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Tarentum group tries to keep up with feline population

Jason Bridge | Valley News Dispatch
Veterinarian Dr. Becky Morrow displays a cat oxygen mask in the operating room of the Homeless Cat Management Team clinic in Tarentum on Wednesday, Aug. 15, 2012.

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Coming up: Cat clinic

Who: Homeless Cat Management Team

What: Low-cost clinic for stray cats

When: Sunday, from 8 a.m. to 4 p.m.

Where: HCMT clinic, 207 Allegheny Ave., Tarentum.

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Saturday, Aug. 18, 2012, 12:56 a.m.

TARENTUM — Cat crusaders around the Alle-Kiski Valley have something to purr about on Allegheny Avenue.

The Homeless Cat Management Team, a non-profit group dedicated to spaying and neutering feral and stray cats, finally has a home of its own.

On July 29, the group opened a clinic in a basement suite at 207 Allegheny Ave. where it will operate spay and neuter clinics every three weeks in an effort to control the cat population.

“We're trying to get ahead of the breeding,” said Dr. Becky Morrow, a veterinarian who is HCMT president and medical director. “Cats can have up to three litters a year, with six or seven kittens per litter. I've seen litters with as many as eight.

“We hope the new clinic will help us do more trap, neuter and return,” she said. “We did 90 cats at the last clinic.

“A lot of rescue groups work with us, which is nice because they trap them.”

The new facility includes a holding room where cats are kept in the traps in which they were captured until surgery. There is an operating room with two operating tables and anesthesia equipment.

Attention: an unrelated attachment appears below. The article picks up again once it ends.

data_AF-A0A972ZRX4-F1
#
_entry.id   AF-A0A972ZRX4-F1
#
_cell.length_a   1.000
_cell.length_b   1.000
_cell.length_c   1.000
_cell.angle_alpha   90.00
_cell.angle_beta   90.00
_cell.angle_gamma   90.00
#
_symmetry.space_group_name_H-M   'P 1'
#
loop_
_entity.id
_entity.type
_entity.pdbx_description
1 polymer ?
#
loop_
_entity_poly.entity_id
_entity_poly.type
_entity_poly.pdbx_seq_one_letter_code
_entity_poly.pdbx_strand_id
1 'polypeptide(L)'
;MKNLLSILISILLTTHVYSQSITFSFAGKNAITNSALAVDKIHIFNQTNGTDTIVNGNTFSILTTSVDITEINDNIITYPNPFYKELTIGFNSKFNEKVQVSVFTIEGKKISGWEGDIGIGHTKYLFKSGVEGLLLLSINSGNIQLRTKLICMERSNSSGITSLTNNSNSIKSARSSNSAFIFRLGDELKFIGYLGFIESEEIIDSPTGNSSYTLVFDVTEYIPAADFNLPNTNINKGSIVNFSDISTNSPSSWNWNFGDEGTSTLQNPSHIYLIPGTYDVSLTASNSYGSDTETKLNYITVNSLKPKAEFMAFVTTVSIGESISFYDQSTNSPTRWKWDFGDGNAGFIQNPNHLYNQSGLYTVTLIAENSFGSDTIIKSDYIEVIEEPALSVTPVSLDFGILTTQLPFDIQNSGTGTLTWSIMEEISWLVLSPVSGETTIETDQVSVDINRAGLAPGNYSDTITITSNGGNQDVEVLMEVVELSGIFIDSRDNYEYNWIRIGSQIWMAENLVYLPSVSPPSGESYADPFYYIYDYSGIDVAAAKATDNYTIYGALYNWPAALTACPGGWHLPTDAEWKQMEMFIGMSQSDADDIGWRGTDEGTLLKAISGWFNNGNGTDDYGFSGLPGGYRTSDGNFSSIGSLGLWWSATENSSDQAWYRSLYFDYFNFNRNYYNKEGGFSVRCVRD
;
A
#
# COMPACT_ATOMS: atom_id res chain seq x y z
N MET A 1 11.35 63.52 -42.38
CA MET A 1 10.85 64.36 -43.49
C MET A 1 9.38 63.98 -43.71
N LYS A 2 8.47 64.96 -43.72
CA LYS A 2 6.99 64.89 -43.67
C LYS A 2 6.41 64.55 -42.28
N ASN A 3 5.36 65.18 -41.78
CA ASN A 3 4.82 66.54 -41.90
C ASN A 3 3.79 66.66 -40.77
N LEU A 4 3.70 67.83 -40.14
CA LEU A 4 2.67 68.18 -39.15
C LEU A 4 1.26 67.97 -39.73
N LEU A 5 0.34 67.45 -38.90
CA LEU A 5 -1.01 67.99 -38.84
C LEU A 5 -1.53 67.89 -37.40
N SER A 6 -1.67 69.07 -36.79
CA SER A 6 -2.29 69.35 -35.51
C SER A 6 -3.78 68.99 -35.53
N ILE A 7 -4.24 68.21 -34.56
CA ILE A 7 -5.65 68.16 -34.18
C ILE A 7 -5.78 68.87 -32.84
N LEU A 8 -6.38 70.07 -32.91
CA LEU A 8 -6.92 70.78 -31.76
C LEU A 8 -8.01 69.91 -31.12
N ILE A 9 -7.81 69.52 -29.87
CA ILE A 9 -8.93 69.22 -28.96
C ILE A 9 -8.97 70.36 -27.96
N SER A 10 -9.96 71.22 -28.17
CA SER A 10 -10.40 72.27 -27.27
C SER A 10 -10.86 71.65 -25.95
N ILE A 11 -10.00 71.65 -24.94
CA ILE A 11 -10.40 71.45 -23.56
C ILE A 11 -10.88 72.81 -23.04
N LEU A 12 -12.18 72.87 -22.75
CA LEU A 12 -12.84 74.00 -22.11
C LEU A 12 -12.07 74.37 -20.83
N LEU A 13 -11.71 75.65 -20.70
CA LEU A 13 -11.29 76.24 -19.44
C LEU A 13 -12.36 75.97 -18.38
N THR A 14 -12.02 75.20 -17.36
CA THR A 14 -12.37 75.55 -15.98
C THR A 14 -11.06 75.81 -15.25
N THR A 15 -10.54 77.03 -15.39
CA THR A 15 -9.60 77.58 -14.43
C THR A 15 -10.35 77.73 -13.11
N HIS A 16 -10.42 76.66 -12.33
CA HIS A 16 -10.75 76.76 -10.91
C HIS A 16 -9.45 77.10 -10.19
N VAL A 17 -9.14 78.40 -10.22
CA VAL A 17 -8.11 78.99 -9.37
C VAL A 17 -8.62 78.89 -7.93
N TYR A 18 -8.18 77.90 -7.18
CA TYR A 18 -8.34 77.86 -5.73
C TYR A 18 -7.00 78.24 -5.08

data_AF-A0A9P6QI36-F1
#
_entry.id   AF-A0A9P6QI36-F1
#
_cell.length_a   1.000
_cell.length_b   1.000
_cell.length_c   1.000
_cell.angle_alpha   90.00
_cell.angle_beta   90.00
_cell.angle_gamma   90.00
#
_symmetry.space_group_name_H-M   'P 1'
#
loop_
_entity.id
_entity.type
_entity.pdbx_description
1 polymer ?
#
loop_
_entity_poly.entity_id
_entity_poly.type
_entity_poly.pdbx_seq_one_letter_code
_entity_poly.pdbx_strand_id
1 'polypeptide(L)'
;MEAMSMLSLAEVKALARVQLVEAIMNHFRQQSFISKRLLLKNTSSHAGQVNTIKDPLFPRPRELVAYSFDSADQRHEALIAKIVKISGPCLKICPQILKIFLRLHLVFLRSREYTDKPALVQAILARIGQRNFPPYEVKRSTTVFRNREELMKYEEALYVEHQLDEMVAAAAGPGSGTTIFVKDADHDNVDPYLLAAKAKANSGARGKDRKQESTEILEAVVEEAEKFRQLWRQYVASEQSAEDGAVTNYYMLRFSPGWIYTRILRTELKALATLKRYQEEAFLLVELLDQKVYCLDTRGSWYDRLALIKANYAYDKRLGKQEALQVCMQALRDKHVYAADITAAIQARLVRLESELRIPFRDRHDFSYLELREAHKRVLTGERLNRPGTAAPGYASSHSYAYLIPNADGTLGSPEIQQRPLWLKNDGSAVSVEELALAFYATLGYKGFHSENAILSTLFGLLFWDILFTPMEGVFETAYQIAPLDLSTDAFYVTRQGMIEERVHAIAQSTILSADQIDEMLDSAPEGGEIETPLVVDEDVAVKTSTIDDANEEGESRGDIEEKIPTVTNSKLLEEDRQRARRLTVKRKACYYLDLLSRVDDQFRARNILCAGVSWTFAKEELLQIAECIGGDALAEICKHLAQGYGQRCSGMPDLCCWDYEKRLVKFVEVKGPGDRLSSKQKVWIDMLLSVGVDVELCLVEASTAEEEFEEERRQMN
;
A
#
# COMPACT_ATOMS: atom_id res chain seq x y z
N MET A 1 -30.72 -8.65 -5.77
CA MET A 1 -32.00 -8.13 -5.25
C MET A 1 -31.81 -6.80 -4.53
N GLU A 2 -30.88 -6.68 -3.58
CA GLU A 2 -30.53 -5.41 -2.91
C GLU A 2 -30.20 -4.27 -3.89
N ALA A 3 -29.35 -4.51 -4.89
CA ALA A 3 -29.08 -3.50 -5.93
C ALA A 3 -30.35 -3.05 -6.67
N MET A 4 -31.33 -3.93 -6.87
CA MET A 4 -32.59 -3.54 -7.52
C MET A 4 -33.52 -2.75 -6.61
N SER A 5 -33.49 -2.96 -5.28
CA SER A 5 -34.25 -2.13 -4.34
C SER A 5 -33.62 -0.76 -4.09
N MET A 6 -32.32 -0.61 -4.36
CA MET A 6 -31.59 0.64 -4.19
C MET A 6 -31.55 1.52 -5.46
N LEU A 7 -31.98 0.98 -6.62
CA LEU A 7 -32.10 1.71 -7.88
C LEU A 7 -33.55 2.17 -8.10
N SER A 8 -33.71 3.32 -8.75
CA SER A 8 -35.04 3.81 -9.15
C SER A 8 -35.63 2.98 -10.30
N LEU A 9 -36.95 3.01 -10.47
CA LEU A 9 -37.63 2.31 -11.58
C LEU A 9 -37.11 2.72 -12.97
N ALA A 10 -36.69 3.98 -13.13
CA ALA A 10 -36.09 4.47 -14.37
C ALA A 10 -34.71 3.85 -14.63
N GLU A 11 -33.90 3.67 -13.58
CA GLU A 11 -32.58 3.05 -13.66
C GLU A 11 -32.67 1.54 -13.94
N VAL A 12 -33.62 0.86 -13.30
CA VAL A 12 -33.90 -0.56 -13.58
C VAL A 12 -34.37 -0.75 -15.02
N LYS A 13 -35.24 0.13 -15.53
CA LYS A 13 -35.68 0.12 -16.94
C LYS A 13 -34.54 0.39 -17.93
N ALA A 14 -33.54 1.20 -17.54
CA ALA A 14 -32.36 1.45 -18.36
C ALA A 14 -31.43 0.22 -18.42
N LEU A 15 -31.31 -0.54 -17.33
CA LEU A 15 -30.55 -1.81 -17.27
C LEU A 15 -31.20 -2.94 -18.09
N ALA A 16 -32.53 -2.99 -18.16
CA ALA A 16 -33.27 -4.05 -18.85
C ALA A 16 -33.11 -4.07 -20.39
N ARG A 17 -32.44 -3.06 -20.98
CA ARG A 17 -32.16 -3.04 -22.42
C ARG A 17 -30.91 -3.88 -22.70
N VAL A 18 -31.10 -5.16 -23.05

The cats are given a shot to relax them and then anesthetized with gas for the surgery.

Morrow said the spay procedure for female cats takes about five minutes and the neuter procedure for male cats is about a minute. The cats are also given rabies shots and other care.

“They come in in the morning and we release them in the afternoon,” Morrow said.

Stray or “rescue” cats are tame animals socialized with humans but are homeless. They are taken off the streets and often put up for adoption after being spayed or neutered.

Feral cats are those that were born and bred in the wild or on the streets. They usually live in colonies.

Feral cats are released to where they were found after the surgery. While they are anesthetized, Morrow said the tip of a feral cats' left ear is clipped to show they have undergone the procedure.

The cats are kept overnight by the caregivers who trapped them to make sure they are all right before being returned to the colonies.

The caregivers are people who love the animals and regularly provide food to the colonies.

“It's amazing how quickly they recover,” Morrow said. “They are resilient little creatures.”

Morrow said cats have to weigh 2 pounds or more in order to have the procedure.

“People think these (feral) cats are unhealthy, but that is far from the truth,” she said. “The vast majority are healthy.”

In the 13 years the Homeless Cat Management Team has existed, it has sterilized and vaccinated more than 13,000 cats using facilities at animal shelters.

Morrow said the new facility will hold free clinics that are exclusively for feral cats and low-cost clinics for stray and rescue cats. The low-cost clinics charge $50 for spaying and $35 for neutering, with that money going to support the facility and the free clinics.

Morrow said there are usually two or three veterinarians working during the free clinics and all of them donate their time.

A biology and physiology professor at Duquesne University, Morrow also has some of her pre-med and pre-veterinary students as volunteers at the clinic.

“This complements what we teach in the classroom,” she said.

Tom Yerace is a staff writer for Trib Total Media. He can be reached at 724-226-4675 or

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